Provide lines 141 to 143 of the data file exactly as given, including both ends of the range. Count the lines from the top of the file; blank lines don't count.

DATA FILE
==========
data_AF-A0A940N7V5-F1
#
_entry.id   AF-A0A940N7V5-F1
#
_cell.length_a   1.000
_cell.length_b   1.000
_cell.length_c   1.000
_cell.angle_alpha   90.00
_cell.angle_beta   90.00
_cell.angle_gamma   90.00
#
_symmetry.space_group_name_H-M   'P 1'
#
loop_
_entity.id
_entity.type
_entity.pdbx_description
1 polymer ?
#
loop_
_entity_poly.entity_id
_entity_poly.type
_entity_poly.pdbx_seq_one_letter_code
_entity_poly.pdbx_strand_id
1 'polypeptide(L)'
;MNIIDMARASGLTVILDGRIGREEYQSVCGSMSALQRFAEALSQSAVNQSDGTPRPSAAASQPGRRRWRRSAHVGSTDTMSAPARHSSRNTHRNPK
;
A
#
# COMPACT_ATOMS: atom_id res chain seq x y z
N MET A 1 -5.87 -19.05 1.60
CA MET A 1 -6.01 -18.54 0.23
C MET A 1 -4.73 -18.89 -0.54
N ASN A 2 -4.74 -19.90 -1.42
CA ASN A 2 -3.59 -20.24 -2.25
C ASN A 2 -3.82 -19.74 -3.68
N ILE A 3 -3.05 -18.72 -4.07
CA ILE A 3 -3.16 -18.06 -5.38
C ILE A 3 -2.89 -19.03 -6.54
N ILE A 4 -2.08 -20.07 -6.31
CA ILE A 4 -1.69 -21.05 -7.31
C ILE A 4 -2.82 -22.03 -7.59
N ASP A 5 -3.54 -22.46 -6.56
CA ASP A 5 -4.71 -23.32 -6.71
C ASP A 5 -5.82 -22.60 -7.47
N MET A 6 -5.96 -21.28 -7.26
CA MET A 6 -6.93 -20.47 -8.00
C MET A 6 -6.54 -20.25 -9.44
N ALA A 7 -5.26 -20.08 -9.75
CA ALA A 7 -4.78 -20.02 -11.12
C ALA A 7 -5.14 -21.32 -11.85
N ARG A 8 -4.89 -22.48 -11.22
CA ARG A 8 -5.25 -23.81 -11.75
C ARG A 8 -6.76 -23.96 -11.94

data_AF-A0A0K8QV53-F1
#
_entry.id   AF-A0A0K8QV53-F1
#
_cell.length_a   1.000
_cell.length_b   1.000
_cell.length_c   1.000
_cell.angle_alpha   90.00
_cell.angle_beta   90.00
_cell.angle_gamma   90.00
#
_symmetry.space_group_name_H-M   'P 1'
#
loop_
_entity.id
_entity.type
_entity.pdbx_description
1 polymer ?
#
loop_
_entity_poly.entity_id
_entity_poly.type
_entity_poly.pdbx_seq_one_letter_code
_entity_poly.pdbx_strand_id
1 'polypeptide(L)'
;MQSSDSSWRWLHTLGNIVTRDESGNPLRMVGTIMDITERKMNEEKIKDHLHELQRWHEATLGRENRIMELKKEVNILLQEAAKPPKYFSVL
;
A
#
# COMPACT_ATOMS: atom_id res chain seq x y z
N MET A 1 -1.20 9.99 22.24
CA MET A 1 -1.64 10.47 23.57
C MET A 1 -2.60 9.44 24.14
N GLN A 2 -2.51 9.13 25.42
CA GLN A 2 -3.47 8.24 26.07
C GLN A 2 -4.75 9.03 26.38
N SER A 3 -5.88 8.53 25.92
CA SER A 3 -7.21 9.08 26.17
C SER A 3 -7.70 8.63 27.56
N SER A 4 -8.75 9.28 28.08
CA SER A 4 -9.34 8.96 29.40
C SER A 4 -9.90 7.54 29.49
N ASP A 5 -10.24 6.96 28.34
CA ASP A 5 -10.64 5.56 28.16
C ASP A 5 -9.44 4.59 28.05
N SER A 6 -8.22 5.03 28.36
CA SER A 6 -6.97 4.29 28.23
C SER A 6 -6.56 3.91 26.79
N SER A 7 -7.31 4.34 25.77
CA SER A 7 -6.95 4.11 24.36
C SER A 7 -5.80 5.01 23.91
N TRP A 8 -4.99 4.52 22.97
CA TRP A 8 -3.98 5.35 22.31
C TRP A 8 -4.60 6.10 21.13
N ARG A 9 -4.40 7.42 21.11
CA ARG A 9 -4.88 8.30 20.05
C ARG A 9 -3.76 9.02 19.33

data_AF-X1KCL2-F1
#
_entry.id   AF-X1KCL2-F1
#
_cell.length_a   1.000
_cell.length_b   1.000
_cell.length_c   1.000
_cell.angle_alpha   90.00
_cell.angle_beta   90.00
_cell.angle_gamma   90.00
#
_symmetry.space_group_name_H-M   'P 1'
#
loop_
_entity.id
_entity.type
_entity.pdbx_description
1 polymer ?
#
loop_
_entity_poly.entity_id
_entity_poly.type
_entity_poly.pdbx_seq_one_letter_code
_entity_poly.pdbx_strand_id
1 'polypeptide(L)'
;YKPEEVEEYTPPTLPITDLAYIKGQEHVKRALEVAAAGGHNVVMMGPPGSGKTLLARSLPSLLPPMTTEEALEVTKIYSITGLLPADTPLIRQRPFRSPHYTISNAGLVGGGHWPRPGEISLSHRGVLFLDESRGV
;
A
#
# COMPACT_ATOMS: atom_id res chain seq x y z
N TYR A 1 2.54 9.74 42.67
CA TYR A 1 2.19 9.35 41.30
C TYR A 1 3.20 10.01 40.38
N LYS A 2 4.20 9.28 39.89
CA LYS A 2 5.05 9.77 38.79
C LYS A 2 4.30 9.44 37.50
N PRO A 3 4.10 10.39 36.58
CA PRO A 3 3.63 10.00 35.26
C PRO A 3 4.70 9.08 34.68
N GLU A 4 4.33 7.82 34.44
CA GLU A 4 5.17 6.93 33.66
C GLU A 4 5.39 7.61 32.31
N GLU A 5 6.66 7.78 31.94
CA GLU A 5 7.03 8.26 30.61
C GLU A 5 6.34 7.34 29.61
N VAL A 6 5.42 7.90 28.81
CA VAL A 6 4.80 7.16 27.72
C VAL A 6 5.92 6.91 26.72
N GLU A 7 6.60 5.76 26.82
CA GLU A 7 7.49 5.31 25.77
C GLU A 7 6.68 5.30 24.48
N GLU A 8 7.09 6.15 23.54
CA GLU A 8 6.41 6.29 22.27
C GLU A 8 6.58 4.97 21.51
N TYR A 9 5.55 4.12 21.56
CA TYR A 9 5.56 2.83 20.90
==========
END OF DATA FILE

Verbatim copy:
# COMPACT_ATOMS: atom_id res chain seq x y z
N TYR A 1 2.54 9.74 42.67
CA TYR A 1 2.19 9.35 41.30